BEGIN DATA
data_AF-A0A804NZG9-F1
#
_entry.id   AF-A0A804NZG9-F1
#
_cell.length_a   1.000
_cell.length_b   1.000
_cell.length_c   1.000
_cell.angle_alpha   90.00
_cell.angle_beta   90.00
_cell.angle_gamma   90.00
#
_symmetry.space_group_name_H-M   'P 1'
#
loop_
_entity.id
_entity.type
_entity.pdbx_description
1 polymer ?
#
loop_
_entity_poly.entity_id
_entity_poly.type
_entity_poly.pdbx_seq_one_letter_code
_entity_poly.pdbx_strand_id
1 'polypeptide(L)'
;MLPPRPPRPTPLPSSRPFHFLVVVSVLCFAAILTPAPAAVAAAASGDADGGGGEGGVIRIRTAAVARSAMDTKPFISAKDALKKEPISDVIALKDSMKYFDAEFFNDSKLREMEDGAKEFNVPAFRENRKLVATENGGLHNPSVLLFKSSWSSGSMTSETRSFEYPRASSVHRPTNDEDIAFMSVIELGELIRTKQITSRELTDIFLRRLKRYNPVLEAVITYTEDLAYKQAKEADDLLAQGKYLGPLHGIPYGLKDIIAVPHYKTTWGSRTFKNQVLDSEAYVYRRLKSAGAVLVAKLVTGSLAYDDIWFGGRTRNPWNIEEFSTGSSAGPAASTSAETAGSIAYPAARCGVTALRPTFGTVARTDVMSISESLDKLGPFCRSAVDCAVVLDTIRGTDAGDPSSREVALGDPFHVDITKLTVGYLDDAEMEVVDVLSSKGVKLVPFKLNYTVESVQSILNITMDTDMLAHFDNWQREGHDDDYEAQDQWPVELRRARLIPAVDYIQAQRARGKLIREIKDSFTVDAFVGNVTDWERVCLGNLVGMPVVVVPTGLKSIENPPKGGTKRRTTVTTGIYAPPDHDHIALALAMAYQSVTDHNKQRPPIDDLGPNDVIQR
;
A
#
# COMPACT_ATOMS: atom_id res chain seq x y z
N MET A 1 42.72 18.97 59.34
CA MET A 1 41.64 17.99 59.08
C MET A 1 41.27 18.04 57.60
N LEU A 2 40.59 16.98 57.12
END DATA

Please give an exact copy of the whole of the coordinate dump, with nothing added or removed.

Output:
data_AF-A0A804NZG9-F1
#
_entry.id   AF-A0A804NZG9-F1
#
_cell.length_a   1.000
_cell.length_b   1.000
_cell.length_c   1.000
_cell.angle_alpha   90.00
_cell.angle_beta   90.00
_cell.angle_gamma   90.00
#
_symmetry.space_group_name_H-M   'P 1'
#
loop_
_entity.id
_entity.type
_entity.pdbx_description
1 polymer ?
#
loop_
_entity_poly.entity_id
_entity_poly.type
_entity_poly.pdbx_seq_one_letter_code
_entity_poly.pdbx_strand_id
1 'polypeptide(L)'
;MLPPRPPRPTPLPSSRPFHFLVVVSVLCFAAILTPAPAAVAAAASGDADGGGGEGGVIRIRTAAVARSAMDTKPFISAKDALKKEPISDVIALKDSMKYFDAEFFNDSKLREMEDGAKEFNVPAFRENRKLVATENGGLHNPSVLLFKSSWSSGSMTSETRSFEYPRASSVHRPTNDEDIAFMSVIELGELIRTKQITSRELTDIFLRRLKRYNPVLEAVITYTEDLAYKQAKEADDLLAQGKYLGPLHGIPYGLKDIIAVPHYKTTWGSRTFKNQVLDSEAYVYRRLKSAGAVLVAKLVTGSLAYDDIWFGGRTRNPWNIEEFSTGSSAGPAASTSAETAGSIAYPAARCGVTALRPTFGTVARTDVMSISESLDKLGPFCRSAVDCAVVLDTIRGTDAGDPSSREVALGDPFHVDITKLTVGYLDDAEMEVVDVLSSKGVKLVPFKLNYTVESVQSILNITMDTDMLAHFDNWQREGHDDDYEAQDQWPVELRRARLIPAVDYIQAQRARGKLIREIKDSFTVDAFVGNVTDWERVCLGNLVGMPVVVVPTGLKSIENPPKGGTKRRTTVTTGIYAPPDHDHIALALAMAYQSVTDHNKQRPPIDDLGPNDVIQR
;
A
#
# COMPACT_ATOMS: atom_id res chain seq x y z
N MET A 1 42.72 18.97 59.34
CA MET A 1 41.64 17.99 59.08
C MET A 1 41.27 18.04 57.60
N LEU A 2 40.59 16.98 57.12